Bibliophile Brandis and his bookshelves
Curious, George. First it was a $13,000 tax-payer-funded book collection, now it's a $7,000 tax-payer-funded bookshelf to house them.PT0M0S 620 349
George Brandis's plans for a second taxpayer-funded library have, for the time being at least, been shelved.
The Attorney General, who described himself as “minister for books” in response to media reports about his vast personal library, which cost taxpayers $20,000, ordered a new custom-made bookcase to be built in his office but his request was rejected, a Senate committee has heard.
The bookcase installed in the former Senate suite occupied by Senator George Brandis in Parliament House. Photo: Andrew Meares
“Finance advised DPS [Department of Parliamentary Services] that it's not something that we would be paying,” a Finance Department bureaucrat told a Senate committee on Tuesday night, when asked about the Attorney General's requests.
Coined the Brandis Library by Labor staffers, Senator Brandis's $7000 taxpayer-funded bookcase, built to carry $13,000 worth of taxpayer-funded books and magazines, was too big to be moved into his new Parliament House office following the change of government.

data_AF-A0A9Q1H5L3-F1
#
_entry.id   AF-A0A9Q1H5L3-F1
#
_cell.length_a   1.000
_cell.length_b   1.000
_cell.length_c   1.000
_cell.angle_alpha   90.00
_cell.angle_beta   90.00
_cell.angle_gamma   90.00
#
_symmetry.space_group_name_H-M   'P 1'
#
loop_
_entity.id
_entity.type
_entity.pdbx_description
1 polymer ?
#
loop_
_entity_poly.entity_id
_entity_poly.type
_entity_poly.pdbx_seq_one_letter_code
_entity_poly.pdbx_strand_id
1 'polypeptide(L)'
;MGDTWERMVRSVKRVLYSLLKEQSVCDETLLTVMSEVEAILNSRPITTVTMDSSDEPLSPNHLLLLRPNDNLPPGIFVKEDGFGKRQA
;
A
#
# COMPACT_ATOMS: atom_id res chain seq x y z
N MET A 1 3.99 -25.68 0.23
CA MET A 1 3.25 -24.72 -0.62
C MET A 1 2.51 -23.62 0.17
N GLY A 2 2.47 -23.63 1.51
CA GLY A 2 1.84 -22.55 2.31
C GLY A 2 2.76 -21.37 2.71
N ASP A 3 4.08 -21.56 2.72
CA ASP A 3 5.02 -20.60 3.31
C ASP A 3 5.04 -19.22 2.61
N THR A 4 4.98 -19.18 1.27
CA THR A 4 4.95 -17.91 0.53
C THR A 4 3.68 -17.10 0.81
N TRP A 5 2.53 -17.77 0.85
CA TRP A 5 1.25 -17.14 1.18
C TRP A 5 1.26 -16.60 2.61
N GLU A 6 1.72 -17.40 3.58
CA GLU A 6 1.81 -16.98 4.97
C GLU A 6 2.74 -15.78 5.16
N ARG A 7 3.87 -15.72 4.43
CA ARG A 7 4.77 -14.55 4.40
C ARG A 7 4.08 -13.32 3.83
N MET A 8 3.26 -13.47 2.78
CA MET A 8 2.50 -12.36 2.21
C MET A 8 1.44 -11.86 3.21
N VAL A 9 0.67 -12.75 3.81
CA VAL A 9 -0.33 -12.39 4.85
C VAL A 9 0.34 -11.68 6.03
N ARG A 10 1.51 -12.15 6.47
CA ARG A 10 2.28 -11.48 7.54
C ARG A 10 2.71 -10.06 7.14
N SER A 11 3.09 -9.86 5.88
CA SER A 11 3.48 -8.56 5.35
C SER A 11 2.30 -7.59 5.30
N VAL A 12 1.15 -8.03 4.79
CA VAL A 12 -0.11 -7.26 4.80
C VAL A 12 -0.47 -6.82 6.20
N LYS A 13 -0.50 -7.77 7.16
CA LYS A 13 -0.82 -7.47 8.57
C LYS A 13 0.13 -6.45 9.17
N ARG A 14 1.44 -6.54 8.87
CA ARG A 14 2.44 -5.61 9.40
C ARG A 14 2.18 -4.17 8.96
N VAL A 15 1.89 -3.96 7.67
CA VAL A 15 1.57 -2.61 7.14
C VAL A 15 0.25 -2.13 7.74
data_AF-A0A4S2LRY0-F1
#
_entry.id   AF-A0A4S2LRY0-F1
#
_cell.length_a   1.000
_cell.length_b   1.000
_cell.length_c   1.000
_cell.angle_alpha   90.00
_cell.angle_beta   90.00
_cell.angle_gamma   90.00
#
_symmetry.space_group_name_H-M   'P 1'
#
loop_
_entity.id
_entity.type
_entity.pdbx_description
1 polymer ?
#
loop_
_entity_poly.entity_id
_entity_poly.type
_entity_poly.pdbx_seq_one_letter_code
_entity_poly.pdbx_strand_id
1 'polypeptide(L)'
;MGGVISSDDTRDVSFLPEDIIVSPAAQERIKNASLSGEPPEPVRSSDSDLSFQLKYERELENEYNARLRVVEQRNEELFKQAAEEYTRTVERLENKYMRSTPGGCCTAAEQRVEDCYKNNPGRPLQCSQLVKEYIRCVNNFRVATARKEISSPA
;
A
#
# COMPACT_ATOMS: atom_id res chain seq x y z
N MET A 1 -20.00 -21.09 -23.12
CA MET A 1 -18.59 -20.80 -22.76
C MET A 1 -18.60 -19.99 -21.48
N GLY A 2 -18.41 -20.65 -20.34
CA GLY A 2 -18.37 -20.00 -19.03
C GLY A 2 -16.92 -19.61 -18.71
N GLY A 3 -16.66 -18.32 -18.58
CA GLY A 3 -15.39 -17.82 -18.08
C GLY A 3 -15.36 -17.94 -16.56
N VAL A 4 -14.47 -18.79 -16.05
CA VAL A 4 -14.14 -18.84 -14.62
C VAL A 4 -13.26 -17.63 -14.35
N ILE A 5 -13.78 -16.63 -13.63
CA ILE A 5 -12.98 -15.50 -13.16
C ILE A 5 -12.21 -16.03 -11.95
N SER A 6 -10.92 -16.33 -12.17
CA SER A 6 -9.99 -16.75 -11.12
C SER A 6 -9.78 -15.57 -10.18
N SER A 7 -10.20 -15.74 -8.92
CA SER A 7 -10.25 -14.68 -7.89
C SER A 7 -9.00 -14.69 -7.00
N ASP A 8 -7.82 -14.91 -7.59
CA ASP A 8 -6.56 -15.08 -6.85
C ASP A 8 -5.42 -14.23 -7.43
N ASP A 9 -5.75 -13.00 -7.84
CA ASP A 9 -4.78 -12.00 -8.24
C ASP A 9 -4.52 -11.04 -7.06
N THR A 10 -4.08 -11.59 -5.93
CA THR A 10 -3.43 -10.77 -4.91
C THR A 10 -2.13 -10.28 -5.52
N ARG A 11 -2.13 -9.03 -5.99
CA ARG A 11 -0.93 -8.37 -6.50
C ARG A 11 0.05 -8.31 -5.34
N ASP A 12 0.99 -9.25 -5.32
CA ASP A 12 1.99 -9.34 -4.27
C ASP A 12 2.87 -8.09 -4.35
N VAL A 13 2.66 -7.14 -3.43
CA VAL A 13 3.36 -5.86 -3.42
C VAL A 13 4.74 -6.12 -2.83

The shelves, if laid end-to-end, would be longer than an Olympic-size swimming pool.
Illustration: Rocco Fazzari
The now empty Brandis Library shelves will remain in the office of Labor's Senate deputy leader Stephen Conroy.
Responding to the news of Senator Brandis' bookcase rejection, Labor Senator Joseph Ludwig said: “Our hearts break for the Attorney-General to hear his latest bookcase has been shelved.”
Senator Brandis's taxpayer-funded spending has come under scrutiny recently. He repaid $1700 he had claimed to attend former radio announcer Michael Smith's wedding. Then he had to defend spending almost $13,000 in the past four years on his personal library.
The collection included political cartoons, the fictional thriller The Marmalade Files and Christopher Hitchens' memoir Hitch-22.
Department of Finance rules say publicly funded books must relate to "parliamentary, electorate or official business".
Senator Brandis told The Australian at the time the story broke that the public expected their political representatives to be well-informed and "plainly some MPs take that responsibility more seriously than others".
Comment has been sought from Senator Brandis's office.